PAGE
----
Murlo and the Etruscans

Cover

Book Details

Author  Richard Daniel De Puma
Publisher  University of Wisconsin Press
Publication Date   July 15, 1994
ISBN  0299139107
Pages  288

Buy this book

Description

Murlo and the Etruscans explores this and other mysteries in a collection of twenty essays by leading specialists of Etruscan and classical art, all of whom have been associated with the Murlo site. Numerous photographs and drawings accompany the essays.
    The first eleven chapters survey specific groups of Etruscan objects and challenge the view of Etruscan art as provincial or derivative.  Interpretations of the magnificent series of decorated terra cotta frieze plaques and other architectural elements contribute to an understanding of Murlo and related Etruscan centers.  Plaques depicting a lively Etruscan banquet offer a way to detect differences between Etruscan and ancient Greek society. 
    The remaining nine chapters treat various aspects of Etruscan art, often moving beyond ancient Murlo, both geographically and temporally.  They examine funerary symbolism, sculpted amber, and amber trade contacts along the ancient Adriatic Coast; depictions of domesticated cats; votive terra cottas of human anatomical parts and how they help in understanding Etruscan medicine; and the adaptation of Greek style, myth, and iconography in Etruscan art.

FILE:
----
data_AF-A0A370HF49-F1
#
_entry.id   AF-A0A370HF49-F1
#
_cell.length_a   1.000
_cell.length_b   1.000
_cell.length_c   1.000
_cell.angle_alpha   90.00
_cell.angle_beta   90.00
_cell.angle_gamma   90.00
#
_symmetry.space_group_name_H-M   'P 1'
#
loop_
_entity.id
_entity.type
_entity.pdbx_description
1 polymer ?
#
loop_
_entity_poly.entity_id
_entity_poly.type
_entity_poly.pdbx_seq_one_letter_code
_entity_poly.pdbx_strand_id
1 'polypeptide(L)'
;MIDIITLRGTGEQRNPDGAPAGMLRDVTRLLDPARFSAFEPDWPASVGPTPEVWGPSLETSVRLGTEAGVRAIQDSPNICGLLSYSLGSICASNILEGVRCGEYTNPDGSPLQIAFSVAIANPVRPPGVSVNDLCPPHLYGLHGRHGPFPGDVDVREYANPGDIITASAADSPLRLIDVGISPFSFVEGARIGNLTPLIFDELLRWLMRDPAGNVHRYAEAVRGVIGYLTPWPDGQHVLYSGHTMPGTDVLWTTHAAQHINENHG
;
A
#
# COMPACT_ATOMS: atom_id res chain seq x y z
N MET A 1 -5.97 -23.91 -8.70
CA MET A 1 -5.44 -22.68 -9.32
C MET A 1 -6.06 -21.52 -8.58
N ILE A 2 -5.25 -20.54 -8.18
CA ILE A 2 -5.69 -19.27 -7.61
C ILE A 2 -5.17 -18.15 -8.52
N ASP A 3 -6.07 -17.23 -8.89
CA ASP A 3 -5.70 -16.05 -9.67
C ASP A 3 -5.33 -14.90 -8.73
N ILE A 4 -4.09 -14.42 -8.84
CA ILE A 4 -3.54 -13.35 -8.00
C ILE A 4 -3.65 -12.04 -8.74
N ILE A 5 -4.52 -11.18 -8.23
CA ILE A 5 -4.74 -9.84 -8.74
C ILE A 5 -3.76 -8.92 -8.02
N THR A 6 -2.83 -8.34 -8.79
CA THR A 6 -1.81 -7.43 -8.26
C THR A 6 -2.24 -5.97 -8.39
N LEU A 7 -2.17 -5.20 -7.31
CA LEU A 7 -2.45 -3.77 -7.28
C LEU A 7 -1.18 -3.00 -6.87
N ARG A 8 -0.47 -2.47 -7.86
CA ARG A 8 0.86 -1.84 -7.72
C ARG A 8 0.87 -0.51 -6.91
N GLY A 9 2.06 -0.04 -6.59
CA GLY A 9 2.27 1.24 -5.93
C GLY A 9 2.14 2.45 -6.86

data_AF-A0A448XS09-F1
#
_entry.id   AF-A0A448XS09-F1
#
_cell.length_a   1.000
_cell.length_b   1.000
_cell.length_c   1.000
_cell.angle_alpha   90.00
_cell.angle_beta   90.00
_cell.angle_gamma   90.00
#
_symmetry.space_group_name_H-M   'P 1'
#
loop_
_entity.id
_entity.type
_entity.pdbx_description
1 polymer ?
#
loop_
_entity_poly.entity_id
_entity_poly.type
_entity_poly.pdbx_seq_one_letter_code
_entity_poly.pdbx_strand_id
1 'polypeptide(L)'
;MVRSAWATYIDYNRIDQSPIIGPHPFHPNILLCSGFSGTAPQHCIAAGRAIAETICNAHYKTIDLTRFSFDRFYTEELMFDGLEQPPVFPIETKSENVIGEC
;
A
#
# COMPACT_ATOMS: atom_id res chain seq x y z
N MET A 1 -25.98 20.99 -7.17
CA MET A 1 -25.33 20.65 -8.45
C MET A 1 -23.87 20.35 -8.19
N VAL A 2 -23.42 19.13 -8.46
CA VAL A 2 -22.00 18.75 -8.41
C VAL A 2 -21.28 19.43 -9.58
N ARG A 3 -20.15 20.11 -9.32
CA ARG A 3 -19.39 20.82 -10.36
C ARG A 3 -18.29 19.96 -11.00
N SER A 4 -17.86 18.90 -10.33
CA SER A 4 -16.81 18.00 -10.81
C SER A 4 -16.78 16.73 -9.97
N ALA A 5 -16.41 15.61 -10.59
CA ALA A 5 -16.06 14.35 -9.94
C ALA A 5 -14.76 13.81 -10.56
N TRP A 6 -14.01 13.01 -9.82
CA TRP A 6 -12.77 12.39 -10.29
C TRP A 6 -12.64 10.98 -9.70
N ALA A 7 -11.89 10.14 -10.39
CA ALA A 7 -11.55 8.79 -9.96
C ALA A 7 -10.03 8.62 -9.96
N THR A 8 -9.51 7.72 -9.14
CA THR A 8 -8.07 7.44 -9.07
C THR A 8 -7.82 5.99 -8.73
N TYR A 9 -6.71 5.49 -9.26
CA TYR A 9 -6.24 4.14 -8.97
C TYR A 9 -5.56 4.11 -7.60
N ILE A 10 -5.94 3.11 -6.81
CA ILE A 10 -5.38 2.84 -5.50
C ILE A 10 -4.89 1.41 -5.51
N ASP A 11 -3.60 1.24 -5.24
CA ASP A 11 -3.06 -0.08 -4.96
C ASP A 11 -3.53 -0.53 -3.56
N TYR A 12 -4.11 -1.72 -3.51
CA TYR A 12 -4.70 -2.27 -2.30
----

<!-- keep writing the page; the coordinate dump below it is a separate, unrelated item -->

“These essays will have a broad impact on the study of the ancient Mediterranean.  They will certainly be required reading not only for Etruscologists but for anyone with an interest in the world of classical antiquity.  The range of subjects, moving in wide arcs around the archaeological site at Murlo, brings the site into focus in a way that a series of standard archaeological site reports could not.”—Kenneth Hamma, J. Paul Getty Museum

“There is a fine and commendable interweaving and intertwining of thoughts and scholarly research throughout Murlo and the Etruscans. It will be a useful reference source for the art of Etruscan coroplast, wherein lies the forte of the Etruscan sculptor!”—Mario A. Del Chiaro, University of California

Customer Reviews

Blacklist